We have many spaces we can't get to, like behind floor-to-ceiling bookcases. I stand KritterKill traps back there. Be especially vigilant about our entryway or mudroom closets, where guests hang their coats and you are likely to let clothes sit undisturbed for months.

Two methods we do not use:
Diatomaceous earth: A pest control product for moths, bed bugs, silverfish.
Parasitic Trichogrammas wasps: The parasitic wasps are shipped live (as eggs, which then hatch); you introduce them to your home, where they eat moth eggs. They are harmless for humans and pets, and have a short lifespan. The wasp method takes several months to effect and does not guarantee complete results. The basic kit from a distributor near me is $160.


These products do not kill eggs, larvae or moths, but will make a stored item less attractive:

Lavender essential oil: instead of dried lavender sachets or drawer liners, I dab essential oil on cotton balls, and keep the balls in a small, open box in every drawer that contains something moth-edible. Refresh the oil monthly.

The efficacy of cedar hangers, sachets, or drawer liners is unproven; you need a high concentration of cedar oil to even hope that works. Ditto rosemary, cinnamon and other herbal concoctions, perfumed bars of soap and Avon Skin So Soft.


In your drawer:

If you have no moths, natural fibre storage bags that breathe are best—but if you do, use plastic sweater bags for individual items; I use Ziploc extra-large freezer bags. I let a few sweaters rest unprotected in a drawer, so the fiber can breathe, restricting those free-range garments to a few at a time, and washing before they go back in a bag.

You can also use those jumbo plastic vacuum storage bags from a Dollar Store for "next in line to wear" pieces. Don't suck out the air to create a vacuum, which will wrinkle your sweaters. The important thing is to limit what is exposed. Contrary to what some online cashmere merchants say, moths will chew through or live on cotton storage bags, including flannel shoe bags.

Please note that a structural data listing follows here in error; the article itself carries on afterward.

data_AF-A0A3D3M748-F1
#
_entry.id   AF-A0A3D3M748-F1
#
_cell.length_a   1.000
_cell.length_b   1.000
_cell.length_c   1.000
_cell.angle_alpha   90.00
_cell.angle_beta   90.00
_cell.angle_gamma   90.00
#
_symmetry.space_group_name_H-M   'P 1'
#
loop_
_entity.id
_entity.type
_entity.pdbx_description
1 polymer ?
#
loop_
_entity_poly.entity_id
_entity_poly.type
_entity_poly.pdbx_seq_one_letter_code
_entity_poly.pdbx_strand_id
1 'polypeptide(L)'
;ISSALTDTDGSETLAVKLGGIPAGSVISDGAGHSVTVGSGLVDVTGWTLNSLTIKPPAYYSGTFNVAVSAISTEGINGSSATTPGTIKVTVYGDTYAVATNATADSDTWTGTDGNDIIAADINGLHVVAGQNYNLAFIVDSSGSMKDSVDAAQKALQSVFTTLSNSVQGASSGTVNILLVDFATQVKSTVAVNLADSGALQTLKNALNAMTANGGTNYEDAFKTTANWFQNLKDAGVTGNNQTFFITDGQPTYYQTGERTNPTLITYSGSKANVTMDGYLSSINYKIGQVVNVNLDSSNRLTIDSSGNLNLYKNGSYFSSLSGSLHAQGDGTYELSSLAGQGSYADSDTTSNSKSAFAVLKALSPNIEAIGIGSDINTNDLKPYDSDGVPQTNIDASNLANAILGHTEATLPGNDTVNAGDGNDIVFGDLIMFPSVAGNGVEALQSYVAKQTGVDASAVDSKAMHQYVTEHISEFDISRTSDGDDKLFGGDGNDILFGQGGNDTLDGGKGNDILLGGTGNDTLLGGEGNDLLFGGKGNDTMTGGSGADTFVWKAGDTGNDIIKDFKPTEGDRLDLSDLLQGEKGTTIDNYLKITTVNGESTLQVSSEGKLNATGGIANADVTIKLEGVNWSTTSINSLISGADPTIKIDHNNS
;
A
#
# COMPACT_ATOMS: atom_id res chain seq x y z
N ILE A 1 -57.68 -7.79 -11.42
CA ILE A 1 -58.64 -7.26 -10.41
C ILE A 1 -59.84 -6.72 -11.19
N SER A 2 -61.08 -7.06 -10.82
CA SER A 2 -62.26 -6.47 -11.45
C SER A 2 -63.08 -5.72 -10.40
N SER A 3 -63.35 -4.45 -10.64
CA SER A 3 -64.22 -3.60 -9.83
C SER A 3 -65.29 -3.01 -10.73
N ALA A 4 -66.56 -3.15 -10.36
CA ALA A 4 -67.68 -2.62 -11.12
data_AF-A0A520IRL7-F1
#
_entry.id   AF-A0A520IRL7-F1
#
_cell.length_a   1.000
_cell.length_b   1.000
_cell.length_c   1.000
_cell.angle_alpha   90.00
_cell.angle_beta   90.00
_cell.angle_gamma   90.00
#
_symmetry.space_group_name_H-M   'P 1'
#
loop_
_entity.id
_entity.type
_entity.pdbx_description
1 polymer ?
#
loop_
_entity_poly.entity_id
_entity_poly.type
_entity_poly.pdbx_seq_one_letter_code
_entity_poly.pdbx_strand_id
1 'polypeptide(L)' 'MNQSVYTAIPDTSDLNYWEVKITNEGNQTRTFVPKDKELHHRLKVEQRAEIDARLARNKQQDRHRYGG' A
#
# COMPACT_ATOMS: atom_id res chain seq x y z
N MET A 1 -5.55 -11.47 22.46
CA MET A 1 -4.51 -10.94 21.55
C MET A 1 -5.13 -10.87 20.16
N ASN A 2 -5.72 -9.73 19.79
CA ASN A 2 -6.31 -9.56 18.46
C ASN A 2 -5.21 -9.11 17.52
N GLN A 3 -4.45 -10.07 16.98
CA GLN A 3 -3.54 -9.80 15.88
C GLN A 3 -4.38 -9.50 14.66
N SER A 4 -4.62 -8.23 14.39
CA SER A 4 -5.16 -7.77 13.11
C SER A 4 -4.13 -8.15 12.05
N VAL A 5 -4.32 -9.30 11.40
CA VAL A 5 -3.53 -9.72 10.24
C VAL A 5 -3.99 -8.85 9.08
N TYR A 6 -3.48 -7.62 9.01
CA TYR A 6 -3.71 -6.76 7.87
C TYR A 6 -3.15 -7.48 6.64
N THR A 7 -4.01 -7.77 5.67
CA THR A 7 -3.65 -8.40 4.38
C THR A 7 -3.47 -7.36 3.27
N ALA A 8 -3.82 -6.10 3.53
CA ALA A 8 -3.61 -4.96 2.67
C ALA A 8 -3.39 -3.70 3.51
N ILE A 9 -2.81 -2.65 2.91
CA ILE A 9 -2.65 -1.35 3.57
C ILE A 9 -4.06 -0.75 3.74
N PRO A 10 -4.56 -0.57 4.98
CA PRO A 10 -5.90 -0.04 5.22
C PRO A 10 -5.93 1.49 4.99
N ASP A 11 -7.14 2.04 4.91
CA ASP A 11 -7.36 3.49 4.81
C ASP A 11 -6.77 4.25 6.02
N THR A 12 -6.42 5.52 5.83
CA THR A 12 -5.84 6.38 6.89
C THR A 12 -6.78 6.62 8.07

For seasonal storage:

Use large snap-lid boxes, and check the seal. Plastic boxes can dry and crack, or the closure's seal can loosen.
I place Rentokill or Kapo brand unscented, non-toxic moth killer papers inside each box, since the day I saw a moth strolling on my cashmere when I opened a snap-lid. Not easy to find; try Amazon or eBay.

(When in France, I stock up on Kapo moth control products; they make the full arsenal.)

Hanging garment bags or dry cleaner's bags are better than nothing, but the hole for the hanger creates an open door. I have shaken many dead moths from the bottom of those bags.

For rail-hanging moth-repellant cassettes: the effectiveness is compromised if the closet is opened regularly, and is not airtight.

Textiles are a happy part of my life; I'm not going to wear only synthetics, but it has occurred to me.

Good luck— and if you have no clothing moths, I envy you.


Jen Lawrence said…
Thank you for sharing. I've been doing battle and seem to have had success with the Total Wardrobe Care products from the UK. They make a pheromone trap as well as some deterrent oils and fabric protection bags. I've lost too many beautiful sweaters in the past. I'll take a look at some of the products you've recommended to bolster my efforts!
Duchesse said…
Jen Lawrence: Natural oils such as those sold by the company you mention are deterrents for adult moths looking for a place to live and breed. They smell divine but do not kill eggs, larvae or mature clothes moths. I use them but they are only adjuncts. Read how British national museums are fighting infestations: pherome traps (non-toxic) and vigilant housekeeping, not a natural herb product in sight. Article here:

Some pheromee traps are better than others.
Laura J said…
Excellent advice. As a knitter the freezer is a good friend. But the best is as you describe and so important to use woolen items. Great reason to have fewer things rotated through more frequently.